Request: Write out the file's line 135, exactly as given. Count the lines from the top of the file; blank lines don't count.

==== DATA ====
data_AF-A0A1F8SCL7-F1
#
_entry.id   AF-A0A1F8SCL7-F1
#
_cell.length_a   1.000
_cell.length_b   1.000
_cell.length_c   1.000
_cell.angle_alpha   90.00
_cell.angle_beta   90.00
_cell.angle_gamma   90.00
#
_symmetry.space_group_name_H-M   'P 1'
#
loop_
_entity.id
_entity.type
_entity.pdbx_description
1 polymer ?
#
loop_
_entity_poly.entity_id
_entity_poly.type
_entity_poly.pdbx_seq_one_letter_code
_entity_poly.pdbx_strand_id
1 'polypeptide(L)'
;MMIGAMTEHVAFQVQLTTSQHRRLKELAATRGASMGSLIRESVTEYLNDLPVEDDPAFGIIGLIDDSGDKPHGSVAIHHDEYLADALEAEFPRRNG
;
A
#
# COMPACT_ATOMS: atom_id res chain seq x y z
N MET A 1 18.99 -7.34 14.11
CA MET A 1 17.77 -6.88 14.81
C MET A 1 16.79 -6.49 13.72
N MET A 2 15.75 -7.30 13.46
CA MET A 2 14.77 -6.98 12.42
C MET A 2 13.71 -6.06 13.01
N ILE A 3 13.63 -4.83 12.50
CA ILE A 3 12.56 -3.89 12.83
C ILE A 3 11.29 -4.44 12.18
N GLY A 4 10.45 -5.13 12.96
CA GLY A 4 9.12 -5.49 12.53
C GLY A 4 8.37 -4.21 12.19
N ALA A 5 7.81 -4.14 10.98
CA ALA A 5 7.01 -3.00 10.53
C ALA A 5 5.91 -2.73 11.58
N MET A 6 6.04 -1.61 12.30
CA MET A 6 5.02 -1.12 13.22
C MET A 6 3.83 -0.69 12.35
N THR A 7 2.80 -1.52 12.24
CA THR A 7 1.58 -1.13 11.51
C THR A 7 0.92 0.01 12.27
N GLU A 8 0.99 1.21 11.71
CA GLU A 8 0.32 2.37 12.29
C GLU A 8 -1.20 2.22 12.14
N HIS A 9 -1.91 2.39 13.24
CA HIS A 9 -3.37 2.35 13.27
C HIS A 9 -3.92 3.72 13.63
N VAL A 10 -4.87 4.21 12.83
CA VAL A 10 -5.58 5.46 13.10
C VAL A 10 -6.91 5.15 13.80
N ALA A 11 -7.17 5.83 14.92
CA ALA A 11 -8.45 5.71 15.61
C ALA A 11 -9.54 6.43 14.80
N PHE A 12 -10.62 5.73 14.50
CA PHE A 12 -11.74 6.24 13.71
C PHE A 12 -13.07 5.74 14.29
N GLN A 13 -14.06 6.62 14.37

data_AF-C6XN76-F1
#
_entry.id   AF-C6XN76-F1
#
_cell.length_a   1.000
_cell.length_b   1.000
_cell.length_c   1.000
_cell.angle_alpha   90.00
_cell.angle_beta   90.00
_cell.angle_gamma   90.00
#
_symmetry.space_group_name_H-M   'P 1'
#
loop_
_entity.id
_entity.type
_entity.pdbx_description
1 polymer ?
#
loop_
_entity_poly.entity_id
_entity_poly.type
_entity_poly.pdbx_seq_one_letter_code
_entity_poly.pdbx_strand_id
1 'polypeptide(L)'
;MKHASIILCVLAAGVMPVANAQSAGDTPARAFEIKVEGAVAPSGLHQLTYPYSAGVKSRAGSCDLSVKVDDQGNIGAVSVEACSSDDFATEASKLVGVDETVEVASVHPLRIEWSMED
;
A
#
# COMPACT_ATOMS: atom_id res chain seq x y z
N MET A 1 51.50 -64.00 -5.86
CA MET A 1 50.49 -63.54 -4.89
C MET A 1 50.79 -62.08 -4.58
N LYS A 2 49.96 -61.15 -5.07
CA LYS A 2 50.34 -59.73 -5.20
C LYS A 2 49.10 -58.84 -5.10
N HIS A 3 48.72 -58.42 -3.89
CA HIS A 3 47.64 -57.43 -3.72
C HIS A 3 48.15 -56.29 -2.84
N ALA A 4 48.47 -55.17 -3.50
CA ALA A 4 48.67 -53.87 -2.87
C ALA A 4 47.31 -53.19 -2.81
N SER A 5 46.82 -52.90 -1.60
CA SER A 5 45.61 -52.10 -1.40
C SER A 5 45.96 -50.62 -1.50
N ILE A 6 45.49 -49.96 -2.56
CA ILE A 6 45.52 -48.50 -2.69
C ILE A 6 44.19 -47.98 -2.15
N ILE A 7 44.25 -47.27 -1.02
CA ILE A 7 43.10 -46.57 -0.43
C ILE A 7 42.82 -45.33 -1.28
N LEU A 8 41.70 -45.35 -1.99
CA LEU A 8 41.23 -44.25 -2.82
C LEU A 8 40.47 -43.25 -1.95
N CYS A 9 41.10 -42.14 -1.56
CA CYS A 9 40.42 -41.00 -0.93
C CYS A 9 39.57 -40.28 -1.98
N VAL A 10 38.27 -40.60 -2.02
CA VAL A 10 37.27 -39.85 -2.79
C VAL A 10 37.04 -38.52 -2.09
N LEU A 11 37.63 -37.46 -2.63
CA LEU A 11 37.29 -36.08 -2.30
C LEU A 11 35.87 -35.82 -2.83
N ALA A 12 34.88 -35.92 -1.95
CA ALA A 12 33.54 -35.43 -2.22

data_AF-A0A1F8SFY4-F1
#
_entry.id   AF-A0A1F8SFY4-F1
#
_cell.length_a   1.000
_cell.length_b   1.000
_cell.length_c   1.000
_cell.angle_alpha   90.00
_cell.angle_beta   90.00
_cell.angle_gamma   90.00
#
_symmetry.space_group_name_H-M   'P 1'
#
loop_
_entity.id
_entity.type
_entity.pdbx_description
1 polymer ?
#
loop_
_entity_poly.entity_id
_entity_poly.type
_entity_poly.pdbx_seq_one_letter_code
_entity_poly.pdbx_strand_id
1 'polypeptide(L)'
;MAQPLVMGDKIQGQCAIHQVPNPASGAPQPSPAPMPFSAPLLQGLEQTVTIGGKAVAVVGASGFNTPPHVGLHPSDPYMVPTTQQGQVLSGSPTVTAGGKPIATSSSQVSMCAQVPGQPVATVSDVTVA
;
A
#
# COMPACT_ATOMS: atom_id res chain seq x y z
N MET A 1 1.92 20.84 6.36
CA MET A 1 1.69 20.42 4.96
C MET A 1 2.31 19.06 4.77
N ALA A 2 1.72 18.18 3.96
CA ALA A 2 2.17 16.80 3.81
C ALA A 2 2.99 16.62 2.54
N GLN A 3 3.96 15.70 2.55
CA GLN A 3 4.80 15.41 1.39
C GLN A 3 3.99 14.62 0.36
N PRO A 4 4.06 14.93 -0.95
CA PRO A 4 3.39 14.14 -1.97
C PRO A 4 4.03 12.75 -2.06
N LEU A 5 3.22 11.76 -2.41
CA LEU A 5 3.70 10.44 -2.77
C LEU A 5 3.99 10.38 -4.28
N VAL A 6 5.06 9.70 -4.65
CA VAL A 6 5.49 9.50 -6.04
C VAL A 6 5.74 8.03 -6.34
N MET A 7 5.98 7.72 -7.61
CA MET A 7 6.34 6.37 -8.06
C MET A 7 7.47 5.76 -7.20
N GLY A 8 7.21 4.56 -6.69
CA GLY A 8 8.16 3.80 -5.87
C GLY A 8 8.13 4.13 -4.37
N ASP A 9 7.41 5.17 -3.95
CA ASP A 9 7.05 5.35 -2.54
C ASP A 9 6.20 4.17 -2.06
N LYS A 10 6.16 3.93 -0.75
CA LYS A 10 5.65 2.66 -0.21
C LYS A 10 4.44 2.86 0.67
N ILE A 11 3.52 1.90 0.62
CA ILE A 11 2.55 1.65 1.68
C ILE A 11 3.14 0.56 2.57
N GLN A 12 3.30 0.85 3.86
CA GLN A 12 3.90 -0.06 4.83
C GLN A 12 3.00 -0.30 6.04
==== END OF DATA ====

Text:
_entry.id   AF-A0A1F8SFY4-F1